Saturday 21st at the Film Festival

CiffStarting at 11am and ending at 7pm the lineup for the day consisted of three very different films that would culminate in a discussion event with two of the industries most successful directors to have come out of Canada. The first was A Brother’s Love, a French speaking Quebecian film by first time feature director Monia Chokri that tells the story of a relationship between a brother and sister and the ironic pressures of modern middle class life. Following that was White Snake an animation to come out of the quickly expanding Chinese animation market, retelling a tradition Chinese fairy tale. Coming towards the end of the day was a revisit to 2009’s Oscar nominated Up in the Air, something that I personally was actually visiting for the first time. The last portion of the day was a live talk with Jason Reitman (director of Up in the Air) and a surprise guest, his father Ivan Reitman, to hear their views on the filmmaking process, their own experiences throughout said process and how best to approach the industry for newcomers.

A Brother’s Love

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A wonderful surprise and feature directorial debut from Quebecian Monia Chokri following the relationship between sister and brother, Sophia and Karim, as they both navigate true love and the social pressures of modern middle class life. The script is utterly wonderful in its abrasiveness showcasing a fantastically dry sense of humour that touches on the nihilism of the lonely and the cringey optimism of those in love. Anne-Élisabeth Bossé leads with a performance full of conviction, balanced with supreme apathy. Josée Deshaies’ cinematography captures the moment to moment dialogue pieces with true flair, typical of the French New Wave scene of the late 1960s. The colour palette pops from the screen in every shot, bathing every character in personality and energy. What holds the whole thing together however is the editing. Chakri co-edited with Justine Gauthier and shows true restraint, allowing the film to move along at a lightening pace, slowing down just enough when necessary, only to rocket the audience through the events in an exciting and captivating manner. If you have the chance to catch this, I strongly recommend you don’t miss it. A wonderful portrayal on the meaningless struggles of the middle class, and a testament to the importance of family, optimism and love.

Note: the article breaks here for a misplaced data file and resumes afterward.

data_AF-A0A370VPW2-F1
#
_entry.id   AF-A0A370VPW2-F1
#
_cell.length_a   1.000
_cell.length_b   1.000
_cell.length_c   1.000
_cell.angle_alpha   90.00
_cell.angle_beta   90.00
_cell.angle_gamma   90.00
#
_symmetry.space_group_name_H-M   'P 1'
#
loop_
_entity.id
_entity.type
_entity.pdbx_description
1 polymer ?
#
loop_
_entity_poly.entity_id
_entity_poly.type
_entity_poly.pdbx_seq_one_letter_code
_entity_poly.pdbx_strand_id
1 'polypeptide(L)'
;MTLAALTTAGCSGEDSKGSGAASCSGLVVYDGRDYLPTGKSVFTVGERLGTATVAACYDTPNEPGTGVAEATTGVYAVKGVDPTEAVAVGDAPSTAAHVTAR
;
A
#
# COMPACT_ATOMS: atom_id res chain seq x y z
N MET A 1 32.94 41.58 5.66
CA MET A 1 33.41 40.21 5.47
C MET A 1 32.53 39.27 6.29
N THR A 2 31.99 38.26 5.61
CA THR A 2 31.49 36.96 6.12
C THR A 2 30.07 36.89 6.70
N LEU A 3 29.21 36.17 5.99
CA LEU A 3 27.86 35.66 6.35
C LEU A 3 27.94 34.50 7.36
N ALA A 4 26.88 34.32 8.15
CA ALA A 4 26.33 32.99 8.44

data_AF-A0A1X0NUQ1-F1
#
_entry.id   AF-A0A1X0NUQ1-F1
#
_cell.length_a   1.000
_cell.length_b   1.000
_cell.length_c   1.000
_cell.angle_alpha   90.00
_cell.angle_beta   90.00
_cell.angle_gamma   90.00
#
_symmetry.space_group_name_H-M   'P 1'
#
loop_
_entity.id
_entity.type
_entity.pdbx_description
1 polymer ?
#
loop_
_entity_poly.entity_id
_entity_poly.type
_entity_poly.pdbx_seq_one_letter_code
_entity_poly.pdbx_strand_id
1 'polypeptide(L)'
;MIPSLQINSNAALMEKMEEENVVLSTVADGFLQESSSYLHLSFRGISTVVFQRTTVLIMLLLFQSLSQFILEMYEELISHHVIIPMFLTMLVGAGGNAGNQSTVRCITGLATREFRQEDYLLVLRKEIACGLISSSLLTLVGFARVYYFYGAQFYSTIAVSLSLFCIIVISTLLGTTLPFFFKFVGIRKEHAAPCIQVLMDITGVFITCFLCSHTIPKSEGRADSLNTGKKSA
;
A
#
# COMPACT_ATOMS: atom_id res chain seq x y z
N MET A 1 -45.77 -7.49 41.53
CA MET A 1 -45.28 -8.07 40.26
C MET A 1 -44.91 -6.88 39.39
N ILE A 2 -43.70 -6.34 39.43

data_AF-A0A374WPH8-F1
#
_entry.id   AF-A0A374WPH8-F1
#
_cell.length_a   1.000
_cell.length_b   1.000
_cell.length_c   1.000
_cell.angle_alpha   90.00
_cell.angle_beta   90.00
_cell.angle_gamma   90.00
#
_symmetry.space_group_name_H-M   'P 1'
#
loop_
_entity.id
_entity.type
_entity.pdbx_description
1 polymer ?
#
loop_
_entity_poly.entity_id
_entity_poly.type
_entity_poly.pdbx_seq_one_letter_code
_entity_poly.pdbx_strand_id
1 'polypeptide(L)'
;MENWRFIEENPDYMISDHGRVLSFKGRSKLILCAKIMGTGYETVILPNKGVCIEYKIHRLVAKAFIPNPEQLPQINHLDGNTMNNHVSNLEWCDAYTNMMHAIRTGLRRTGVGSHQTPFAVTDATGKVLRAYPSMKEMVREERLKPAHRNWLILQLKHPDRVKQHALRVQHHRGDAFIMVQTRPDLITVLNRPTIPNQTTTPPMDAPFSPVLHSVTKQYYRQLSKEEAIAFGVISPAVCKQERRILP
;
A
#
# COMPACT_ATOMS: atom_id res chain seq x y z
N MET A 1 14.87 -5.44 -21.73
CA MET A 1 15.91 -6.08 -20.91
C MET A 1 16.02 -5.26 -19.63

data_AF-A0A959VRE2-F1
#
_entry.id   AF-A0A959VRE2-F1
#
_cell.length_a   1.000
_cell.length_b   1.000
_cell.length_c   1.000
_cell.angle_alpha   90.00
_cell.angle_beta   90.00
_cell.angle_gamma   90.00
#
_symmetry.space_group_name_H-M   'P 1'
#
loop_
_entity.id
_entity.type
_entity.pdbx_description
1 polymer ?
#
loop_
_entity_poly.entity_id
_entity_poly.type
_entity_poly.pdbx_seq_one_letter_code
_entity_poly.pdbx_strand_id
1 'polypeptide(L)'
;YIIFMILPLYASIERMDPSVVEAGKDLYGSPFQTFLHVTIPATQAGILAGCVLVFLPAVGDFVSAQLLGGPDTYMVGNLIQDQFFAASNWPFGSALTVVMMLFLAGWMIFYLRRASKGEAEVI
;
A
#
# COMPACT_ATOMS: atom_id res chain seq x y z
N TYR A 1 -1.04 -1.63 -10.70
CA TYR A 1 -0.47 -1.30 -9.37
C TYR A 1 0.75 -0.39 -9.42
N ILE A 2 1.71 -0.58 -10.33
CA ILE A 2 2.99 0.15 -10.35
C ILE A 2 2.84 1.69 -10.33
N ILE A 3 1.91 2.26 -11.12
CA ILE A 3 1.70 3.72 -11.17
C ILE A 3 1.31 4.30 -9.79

White Snake

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Following the outstanding opener was another of my most anticipated for the film festival, Chinese animation White Snake. It would be harsh of me to call this film a disappointment but unfortunately my high expectations were not quite met. It is by no means a bad film or something you should skip but sleeping on it would not cause you to miss out on much either. The story is a classic Chinese fairy tale romance with little in the way of surprises or twists. Furthermore the film lacks any kind of central antagonist and moves along at such a break neck pace, it is difficult to keep up with everything. Saying that however the animation style is visually spectacular. Utterly surreal in its realisation, White Snake is a fine ambassador for the growing Chinese animation market to western movie-goers. Excellent action sequences, intriguing character design and smooth transitions make for an intensely pleasing experience aesthetically even though emotionally and thematically, the story struggles to keep viewers engaged. I do believe it’s worth a watch however simply for its visual prowess but it’s unlikely you’ll remember the story a few days following a viewing, and it’s unlikely to stand out among much of what this festival has to offer.